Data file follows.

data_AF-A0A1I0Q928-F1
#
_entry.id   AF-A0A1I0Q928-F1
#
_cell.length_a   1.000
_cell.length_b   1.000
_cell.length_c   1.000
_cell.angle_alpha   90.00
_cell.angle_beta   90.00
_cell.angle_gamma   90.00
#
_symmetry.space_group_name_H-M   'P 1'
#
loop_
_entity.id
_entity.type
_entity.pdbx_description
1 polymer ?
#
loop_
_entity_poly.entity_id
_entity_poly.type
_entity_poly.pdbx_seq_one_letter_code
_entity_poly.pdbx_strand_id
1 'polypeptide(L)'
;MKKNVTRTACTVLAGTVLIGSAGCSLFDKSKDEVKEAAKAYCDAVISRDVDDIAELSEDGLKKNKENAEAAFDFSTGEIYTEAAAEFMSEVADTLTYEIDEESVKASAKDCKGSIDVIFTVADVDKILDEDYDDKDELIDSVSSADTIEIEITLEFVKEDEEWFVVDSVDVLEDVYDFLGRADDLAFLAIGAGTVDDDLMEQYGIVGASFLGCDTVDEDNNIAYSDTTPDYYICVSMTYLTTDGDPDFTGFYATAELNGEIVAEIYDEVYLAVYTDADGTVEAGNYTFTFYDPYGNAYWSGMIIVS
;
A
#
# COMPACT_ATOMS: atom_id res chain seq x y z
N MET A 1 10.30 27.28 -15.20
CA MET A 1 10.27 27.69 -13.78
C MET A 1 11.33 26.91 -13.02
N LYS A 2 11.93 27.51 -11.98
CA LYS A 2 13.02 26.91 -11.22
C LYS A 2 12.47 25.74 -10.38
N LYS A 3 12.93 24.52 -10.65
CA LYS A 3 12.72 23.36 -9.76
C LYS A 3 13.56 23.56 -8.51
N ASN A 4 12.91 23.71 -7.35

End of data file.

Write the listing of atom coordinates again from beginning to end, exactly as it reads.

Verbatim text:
data_AF-A0A1I0Q928-F1
#
_entry.id   AF-A0A1I0Q928-F1
#
_cell.length_a   1.000
_cell.length_b   1.000
_cell.length_c   1.000
_cell.angle_alpha   90.00
_cell.angle_beta   90.00
_cell.angle_gamma   90.00
#
_symmetry.space_group_name_H-M   'P 1'
#
loop_
_entity.id
_entity.type
_entity.pdbx_description
1 polymer ?
#
loop_
_entity_poly.entity_id
_entity_poly.type
_entity_poly.pdbx_seq_one_letter_code
_entity_poly.pdbx_strand_id
1 'polypeptide(L)'
;MKKNVTRTACTVLAGTVLIGSAGCSLFDKSKDEVKEAAKAYCDAVISRDVDDIAELSEDGLKKNKENAEAAFDFSTGEIYTEAAAEFMSEVADTLTYEIDEESVKASAKDCKGSIDVIFTVADVDKILDEDYDDKDELIDSVSSADTIEIEITLEFVKEDEEWFVVDSVDVLEDVYDFLGRADDLAFLAIGAGTVDDDLMEQYGIVGASFLGCDTVDEDNNIAYSDTTPDYYICVSMTYLTTDGDPDFTGFYATAELNGEIVAEIYDEVYLAVYTDADGTVEAGNYTFTFYDPYGNAYWSGMIIVS
;
A
#
# COMPACT_ATOMS: atom_id res chain seq x y z
N MET A 1 10.30 27.28 -15.20
CA MET A 1 10.27 27.69 -13.78
C MET A 1 11.33 26.91 -13.02
N LYS A 2 11.93 27.51 -11.98
CA LYS A 2 13.02 26.91 -11.22
C LYS A 2 12.47 25.74 -10.38
N LYS A 3 12.93 24.52 -10.65
CA LYS A 3 12.72 23.36 -9.76
C LYS A 3 13.56 23.56 -8.51
N ASN A 4 12.91 23.71 -7.35